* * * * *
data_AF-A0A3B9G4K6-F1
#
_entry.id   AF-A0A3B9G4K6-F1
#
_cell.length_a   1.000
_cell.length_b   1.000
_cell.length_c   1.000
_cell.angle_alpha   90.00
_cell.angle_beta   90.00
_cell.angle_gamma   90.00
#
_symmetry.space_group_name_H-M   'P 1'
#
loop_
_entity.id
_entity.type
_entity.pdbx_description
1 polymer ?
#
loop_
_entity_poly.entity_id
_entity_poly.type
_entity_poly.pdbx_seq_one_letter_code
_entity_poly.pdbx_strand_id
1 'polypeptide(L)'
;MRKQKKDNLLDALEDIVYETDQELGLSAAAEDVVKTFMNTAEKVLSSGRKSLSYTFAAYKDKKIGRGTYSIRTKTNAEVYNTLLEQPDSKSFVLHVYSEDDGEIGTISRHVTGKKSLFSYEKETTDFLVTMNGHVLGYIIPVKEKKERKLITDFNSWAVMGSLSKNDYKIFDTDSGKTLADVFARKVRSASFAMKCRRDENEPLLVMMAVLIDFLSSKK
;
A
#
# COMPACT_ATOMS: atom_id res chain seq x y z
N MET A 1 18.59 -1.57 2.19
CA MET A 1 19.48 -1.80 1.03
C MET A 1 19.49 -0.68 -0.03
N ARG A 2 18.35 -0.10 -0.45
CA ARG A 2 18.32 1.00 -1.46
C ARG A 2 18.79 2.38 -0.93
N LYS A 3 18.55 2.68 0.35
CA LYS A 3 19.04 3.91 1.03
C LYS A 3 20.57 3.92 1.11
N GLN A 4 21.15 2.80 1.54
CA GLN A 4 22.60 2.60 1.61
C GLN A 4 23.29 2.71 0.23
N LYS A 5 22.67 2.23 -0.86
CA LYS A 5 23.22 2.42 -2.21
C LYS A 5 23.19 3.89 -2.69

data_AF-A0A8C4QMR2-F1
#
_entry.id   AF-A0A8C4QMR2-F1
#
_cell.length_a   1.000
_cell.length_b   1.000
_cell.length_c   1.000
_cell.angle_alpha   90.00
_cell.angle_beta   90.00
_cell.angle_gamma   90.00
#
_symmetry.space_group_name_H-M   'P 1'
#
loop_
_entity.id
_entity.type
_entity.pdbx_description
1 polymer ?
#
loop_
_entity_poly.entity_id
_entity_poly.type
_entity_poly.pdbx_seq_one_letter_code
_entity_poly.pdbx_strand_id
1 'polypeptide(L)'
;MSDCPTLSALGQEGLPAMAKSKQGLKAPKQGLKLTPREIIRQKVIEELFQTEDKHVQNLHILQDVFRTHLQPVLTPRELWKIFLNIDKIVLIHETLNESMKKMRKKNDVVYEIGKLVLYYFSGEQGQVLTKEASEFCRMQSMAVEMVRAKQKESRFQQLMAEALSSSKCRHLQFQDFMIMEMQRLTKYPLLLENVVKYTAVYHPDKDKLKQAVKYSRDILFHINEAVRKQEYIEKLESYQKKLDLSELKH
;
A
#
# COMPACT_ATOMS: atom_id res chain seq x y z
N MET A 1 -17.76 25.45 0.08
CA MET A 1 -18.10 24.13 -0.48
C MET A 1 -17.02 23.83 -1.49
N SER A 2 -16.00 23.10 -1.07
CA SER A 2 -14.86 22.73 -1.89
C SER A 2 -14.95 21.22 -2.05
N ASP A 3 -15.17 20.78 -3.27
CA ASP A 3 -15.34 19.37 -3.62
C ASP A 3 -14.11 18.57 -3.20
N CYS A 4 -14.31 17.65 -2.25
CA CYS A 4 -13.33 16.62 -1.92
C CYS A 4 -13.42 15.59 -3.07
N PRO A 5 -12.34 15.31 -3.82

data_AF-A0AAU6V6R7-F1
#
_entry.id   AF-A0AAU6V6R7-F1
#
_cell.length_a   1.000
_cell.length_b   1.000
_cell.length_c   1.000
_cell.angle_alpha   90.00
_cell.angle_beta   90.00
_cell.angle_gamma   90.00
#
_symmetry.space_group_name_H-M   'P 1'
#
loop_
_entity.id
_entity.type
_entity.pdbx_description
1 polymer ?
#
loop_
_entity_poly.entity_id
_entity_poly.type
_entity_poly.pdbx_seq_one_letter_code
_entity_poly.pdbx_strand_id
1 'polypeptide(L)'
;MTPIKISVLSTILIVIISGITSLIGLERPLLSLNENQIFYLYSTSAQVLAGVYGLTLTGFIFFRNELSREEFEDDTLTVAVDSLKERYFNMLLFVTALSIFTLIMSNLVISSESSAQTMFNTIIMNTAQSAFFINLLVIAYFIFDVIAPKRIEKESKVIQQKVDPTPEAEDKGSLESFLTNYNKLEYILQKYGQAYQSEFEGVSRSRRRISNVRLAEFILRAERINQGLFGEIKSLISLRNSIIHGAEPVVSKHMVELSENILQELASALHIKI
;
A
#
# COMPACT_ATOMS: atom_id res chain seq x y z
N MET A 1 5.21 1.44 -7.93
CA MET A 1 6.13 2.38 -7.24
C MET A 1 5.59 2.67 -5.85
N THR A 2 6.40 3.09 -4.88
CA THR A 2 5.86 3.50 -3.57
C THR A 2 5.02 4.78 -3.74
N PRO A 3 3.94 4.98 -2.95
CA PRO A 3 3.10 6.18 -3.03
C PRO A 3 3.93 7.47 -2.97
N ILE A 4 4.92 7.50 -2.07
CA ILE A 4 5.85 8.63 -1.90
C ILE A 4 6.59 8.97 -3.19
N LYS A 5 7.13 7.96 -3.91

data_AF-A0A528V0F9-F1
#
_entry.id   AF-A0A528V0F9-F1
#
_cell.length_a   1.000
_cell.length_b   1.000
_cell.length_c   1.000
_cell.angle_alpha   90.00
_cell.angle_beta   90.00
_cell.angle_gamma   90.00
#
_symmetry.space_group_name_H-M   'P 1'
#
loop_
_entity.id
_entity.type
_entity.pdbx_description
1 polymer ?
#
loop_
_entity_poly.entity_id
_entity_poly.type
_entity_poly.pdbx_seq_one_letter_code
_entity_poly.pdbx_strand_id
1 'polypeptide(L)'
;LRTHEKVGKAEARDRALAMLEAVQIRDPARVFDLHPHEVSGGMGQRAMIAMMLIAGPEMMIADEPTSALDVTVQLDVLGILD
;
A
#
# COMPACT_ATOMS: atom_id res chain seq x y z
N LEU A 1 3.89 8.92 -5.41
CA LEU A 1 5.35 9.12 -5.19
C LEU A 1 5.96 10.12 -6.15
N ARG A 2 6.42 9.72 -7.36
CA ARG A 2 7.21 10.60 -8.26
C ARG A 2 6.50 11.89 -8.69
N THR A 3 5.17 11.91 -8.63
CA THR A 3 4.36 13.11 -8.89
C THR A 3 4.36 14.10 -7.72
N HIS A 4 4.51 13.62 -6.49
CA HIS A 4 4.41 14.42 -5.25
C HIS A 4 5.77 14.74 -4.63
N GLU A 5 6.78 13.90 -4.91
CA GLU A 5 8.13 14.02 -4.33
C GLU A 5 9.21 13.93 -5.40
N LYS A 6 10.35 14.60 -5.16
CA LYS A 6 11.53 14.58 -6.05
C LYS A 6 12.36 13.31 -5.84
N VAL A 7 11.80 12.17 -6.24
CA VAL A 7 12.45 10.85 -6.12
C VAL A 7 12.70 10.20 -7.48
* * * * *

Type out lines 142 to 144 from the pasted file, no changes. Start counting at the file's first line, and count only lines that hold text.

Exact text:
#
_symmetry.space_group_name_H-M   'P 1'
#